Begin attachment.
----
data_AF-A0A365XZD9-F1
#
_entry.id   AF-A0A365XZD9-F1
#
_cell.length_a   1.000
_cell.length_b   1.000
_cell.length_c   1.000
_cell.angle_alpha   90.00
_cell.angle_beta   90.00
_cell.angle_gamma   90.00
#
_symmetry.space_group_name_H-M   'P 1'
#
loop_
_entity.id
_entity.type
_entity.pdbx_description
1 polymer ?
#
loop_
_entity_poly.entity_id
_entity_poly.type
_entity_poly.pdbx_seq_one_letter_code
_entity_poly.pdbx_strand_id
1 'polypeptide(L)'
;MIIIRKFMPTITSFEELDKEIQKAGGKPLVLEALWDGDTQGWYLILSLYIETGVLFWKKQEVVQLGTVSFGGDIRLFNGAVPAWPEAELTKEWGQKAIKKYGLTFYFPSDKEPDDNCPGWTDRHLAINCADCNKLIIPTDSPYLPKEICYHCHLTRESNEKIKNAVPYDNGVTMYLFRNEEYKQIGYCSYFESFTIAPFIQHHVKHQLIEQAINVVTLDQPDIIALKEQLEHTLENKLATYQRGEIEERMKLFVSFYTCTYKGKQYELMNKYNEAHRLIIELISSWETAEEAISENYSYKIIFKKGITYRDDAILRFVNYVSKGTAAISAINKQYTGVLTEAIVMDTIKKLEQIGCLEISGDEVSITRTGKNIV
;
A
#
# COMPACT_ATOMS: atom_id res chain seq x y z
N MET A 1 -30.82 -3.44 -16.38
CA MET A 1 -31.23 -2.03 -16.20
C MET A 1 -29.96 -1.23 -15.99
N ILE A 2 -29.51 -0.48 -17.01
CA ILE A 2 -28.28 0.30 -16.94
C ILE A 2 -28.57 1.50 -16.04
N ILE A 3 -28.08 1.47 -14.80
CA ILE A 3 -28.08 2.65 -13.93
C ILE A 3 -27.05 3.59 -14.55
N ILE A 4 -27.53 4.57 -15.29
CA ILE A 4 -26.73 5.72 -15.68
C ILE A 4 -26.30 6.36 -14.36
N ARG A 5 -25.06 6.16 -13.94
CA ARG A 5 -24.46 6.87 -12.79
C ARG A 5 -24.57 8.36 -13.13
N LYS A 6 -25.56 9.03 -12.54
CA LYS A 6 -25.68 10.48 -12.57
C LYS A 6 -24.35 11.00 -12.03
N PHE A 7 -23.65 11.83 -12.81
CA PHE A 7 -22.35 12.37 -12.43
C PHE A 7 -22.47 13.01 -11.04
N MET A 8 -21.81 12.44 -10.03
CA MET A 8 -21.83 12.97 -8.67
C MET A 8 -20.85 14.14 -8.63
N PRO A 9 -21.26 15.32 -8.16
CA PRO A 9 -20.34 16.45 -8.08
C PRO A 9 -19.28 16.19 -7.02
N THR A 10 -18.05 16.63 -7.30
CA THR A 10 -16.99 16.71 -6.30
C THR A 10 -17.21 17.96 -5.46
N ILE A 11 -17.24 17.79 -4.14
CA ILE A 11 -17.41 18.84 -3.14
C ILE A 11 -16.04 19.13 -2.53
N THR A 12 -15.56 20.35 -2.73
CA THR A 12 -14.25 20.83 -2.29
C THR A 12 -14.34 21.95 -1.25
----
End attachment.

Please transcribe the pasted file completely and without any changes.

data_AF-A0A365XZD9-F1
#
_entry.id   AF-A0A365XZD9-F1
#
_cell.length_a   1.000
_cell.length_b   1.000
_cell.length_c   1.000
_cell.angle_alpha   90.00
_cell.angle_beta   90.00
_cell.angle_gamma   90.00
#
_symmetry.space_group_name_H-M   'P 1'
#
loop_
_entity.id
_entity.type
_entity.pdbx_description
1 polymer ?
#
loop_
_entity_poly.entity_id
_entity_poly.type
_entity_poly.pdbx_seq_one_letter_code
_entity_poly.pdbx_strand_id
1 'polypeptide(L)'
;MIIIRKFMPTITSFEELDKEIQKAGGKPLVLEALWDGDTQGWYLILSLYIETGVLFWKKQEVVQLGTVSFGGDIRLFNGAVPAWPEAELTKEWGQKAIKKYGLTFYFPSDKEPDDNCPGWTDRHLAINCADCNKLIIPTDSPYLPKEICYHCHLTRESNEKIKNAVPYDNGVTMYLFRNEEYKQIGYCSYFESFTIAPFIQHHVKHQLIEQAINVVTLDQPDIIALKEQLEHTLENKLATYQRGEIEERMKLFVSFYTCTYKGKQYELMNKYNEAHRLIIELISSWETAEEAISENYSYKIIFKKGITYRDDAILRFVNYVSKGTAAISAINKQYTGVLTEAIVMDTIKKLEQIGCLEISGDEVSITRTGKNIV
;
A
#
# COMPACT_ATOMS: atom_id res chain seq x y z
N MET A 1 -30.82 -3.44 -16.38
CA MET A 1 -31.23 -2.03 -16.20
C MET A 1 -29.96 -1.23 -15.99
N ILE A 2 -29.51 -0.48 -17.01
CA ILE A 2 -28.28 0.30 -16.94
C ILE A 2 -28.57 1.50 -16.04
N ILE A 3 -28.08 1.47 -14.80
CA ILE A 3 -28.08 2.65 -13.93
C ILE A 3 -27.05 3.59 -14.55
N ILE A 4 -27.53 4.57 -15.29
CA ILE A 4 -26.73 5.72 -15.68
C ILE A 4 -26.30 6.36 -14.36
N ARG A 5 -25.06 6.16 -13.94
CA ARG A 5 -24.46 6.87 -12.79
C ARG A 5 -24.57 8.36 -13.13
N LYS A 6 -25.56 9.03 -12.54
CA LYS A 6 -25.68 10.48 -12.57
C LYS A 6 -24.35 11.00 -12.03
N PHE A 7 -23.65 11.83 -12.81
CA PHE A 7 -22.35 12.37 -12.43
C PHE A 7 -22.47 13.01 -11.04
N MET A 8 -21.81 12.44 -10.03
CA MET A 8 -21.83 12.97 -8.67
C MET A 8 -20.85 14.14 -8.63
N PRO A 9 -21.26 15.32 -8.16
CA PRO A 9 -20.34 16.45 -8.08
C PRO A 9 -19.28 16.19 -7.02
N THR A 10 -18.05 16.63 -7.30
CA THR A 10 -16.99 16.71 -6.30
C THR A 10 -17.21 17.96 -5.46
N ILE A 11 -17.24 17.79 -4.14
CA ILE A 11 -17.41 18.84 -3.14
C ILE A 11 -16.04 19.13 -2.53
N THR A 12 -15.56 20.35 -2.73
CA THR A 12 -14.25 20.83 -2.29
C THR A 12 -14.34 21.95 -1.25